One thing that shone strong through the week was a true sense of camaraderie - from the riders, the mountain staff, the camp staff, masseurs and the glowing fuel-cell of the week - The Caterers. Not in the sense that it was a full on love in - there will always be little bumps, grumps, cliques and freaks at any gathering of humanity. Yet irrespective of any noise there was a relentless energy, a pervading sense of keep calm and carry on (fully pinned), and don't forget to bloody well enjoy it.

Life affirming.



The amount of work put in by all the race staff is immense and deserves special mention for keeping a very challenging show on the road and on track for the week.

Also, the tech support offered by the Mavic guys and by Paul & Amy at Fox Mojo was much appreciated and kept a lot of wheels rolling through the week. Oh, and Paul is a star for letting me have his lunch the day I left camp sans baguette...

This years edition had a couple of twists mainly provided by Mother Nature.  There were two days of monstrous, roaring, hariy-arsed thunder and lightening storms that were way more terrifying than most folks would care to experience.

Most of the Wave 1 riders narrowly missed a dowsing by the Day 2 storm by arriving at the lunch stop just as a two hour long horror-show kicked off. Minutes earlier we had barely wetted tires crossing a dry creek to dib out of the 2nd stage of the day at Shaggy's Valley Balaise.

Check the day 2 video for  what it looked like around an hour later...

Little by little the shellshocked ghosts of the second wave of riders shlepped in and hid in the Mojo Fox van, under the Mavic Van canopy, or in the glamorous municipal bin-hut bringing with them tales of genuine terror from being on a bare 2000m+ hill top in the storm cloud with lightening sizzling and thunder booming around [whilst holding a big metal thing]. Last years winner was in such a rush to get off the hill he had a massive crash which ripped his trousers off. Really...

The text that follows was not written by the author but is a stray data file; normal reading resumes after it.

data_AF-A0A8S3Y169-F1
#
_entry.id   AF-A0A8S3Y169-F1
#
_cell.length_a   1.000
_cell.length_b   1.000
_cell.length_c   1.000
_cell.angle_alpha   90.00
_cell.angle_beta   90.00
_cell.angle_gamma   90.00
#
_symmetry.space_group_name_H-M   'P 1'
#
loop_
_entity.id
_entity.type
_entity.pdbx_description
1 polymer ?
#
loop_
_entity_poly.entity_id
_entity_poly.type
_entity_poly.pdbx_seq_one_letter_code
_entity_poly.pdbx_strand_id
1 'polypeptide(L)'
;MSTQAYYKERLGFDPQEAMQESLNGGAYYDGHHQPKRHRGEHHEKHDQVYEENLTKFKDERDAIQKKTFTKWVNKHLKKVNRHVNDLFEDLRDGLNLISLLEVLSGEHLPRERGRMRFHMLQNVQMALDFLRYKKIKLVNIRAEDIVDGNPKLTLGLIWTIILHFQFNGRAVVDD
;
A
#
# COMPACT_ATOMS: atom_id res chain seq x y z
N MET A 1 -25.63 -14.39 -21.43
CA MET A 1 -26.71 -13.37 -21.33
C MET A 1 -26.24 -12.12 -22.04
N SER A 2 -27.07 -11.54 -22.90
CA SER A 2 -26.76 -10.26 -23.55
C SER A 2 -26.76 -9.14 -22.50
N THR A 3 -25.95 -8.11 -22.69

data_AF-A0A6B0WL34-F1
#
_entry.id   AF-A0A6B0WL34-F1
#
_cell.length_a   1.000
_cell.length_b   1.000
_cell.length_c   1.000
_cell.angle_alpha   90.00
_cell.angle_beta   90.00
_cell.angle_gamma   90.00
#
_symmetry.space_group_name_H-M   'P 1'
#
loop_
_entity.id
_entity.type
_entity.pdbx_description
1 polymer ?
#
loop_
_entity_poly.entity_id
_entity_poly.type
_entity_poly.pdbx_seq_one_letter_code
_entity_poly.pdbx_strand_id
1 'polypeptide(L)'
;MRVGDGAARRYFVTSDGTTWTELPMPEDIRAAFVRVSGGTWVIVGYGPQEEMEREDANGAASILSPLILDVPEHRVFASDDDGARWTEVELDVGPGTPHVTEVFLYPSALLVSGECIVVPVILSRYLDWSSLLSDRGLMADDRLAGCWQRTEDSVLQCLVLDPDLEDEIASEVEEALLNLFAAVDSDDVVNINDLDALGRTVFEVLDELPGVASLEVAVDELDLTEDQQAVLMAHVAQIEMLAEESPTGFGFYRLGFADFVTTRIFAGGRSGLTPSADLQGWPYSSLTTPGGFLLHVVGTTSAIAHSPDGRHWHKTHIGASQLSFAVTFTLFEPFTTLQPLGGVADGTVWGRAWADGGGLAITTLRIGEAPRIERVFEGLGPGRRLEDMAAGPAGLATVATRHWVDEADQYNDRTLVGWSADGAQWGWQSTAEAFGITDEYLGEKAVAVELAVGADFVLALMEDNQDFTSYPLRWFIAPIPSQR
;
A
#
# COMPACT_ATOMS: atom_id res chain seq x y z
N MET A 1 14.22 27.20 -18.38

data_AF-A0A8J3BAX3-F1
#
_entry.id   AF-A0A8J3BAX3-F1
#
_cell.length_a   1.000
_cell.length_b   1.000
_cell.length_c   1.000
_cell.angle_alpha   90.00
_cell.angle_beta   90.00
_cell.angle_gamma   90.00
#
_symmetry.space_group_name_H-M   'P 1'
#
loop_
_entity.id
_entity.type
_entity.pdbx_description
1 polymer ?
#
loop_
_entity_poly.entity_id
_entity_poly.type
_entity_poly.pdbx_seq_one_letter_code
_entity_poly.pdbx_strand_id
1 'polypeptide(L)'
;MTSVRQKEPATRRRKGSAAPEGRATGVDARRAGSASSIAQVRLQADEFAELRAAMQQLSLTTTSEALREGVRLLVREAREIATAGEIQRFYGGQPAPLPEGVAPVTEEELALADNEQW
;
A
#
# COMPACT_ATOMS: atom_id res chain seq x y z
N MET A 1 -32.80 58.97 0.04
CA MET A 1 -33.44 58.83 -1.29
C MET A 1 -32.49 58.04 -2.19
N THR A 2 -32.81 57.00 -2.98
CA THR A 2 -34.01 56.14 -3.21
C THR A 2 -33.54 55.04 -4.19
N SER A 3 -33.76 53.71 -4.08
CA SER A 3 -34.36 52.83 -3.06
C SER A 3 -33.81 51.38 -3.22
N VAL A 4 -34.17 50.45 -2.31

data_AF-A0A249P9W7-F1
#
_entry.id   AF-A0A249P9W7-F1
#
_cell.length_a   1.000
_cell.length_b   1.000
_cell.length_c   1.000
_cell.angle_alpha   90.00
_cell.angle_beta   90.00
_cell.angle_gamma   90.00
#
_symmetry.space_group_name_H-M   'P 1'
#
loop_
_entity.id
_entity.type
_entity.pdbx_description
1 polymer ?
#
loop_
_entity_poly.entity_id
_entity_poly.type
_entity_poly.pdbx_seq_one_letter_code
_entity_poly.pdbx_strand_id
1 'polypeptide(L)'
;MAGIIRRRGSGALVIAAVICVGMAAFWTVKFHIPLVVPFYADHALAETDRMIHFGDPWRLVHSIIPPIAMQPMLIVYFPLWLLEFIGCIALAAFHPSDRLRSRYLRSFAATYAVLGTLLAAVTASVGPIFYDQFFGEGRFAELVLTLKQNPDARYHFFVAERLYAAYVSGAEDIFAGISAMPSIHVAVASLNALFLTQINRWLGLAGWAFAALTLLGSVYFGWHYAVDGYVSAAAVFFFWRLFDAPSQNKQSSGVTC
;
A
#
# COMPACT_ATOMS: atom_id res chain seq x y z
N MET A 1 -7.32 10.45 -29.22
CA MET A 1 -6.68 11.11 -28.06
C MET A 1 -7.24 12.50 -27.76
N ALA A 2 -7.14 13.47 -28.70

Day 7 started wet but but by midday turned sunny until most folks had beeped off the course at the last Valley balise manned by Mr Oxley [of Great Rock, and greater beard].  We also found out that the Monegasgue Polis had decided in their infinite wisdom that a bunch of grubby, bleeding, stinking and relatively low-net-worth ; ) mountain bikers were not welcome on their patch and would arrest anyone who dared cross the border. So we would drop down to Menton next town along the coast, and where the final campsite was, anyway.  As the assembled throng firstly removed race numbers from bars and started down the switchback trail to the road the heavens opened. Thunder rolled and roared around the hills, the temperature dropped, so very much  rain shot from the now steely grey sky and the lightening started zapping metal things on our ridgeline - like the power pylon about 30m away from where I was hunkered down trying to get my waterproof on.  There was an immense noise and white flash even with my eyes tight shut. A couple of other members of 'Team Scotland' were riding just below the pylon when it was zapped and commented later that it was 'quite exciting' or words to that effect.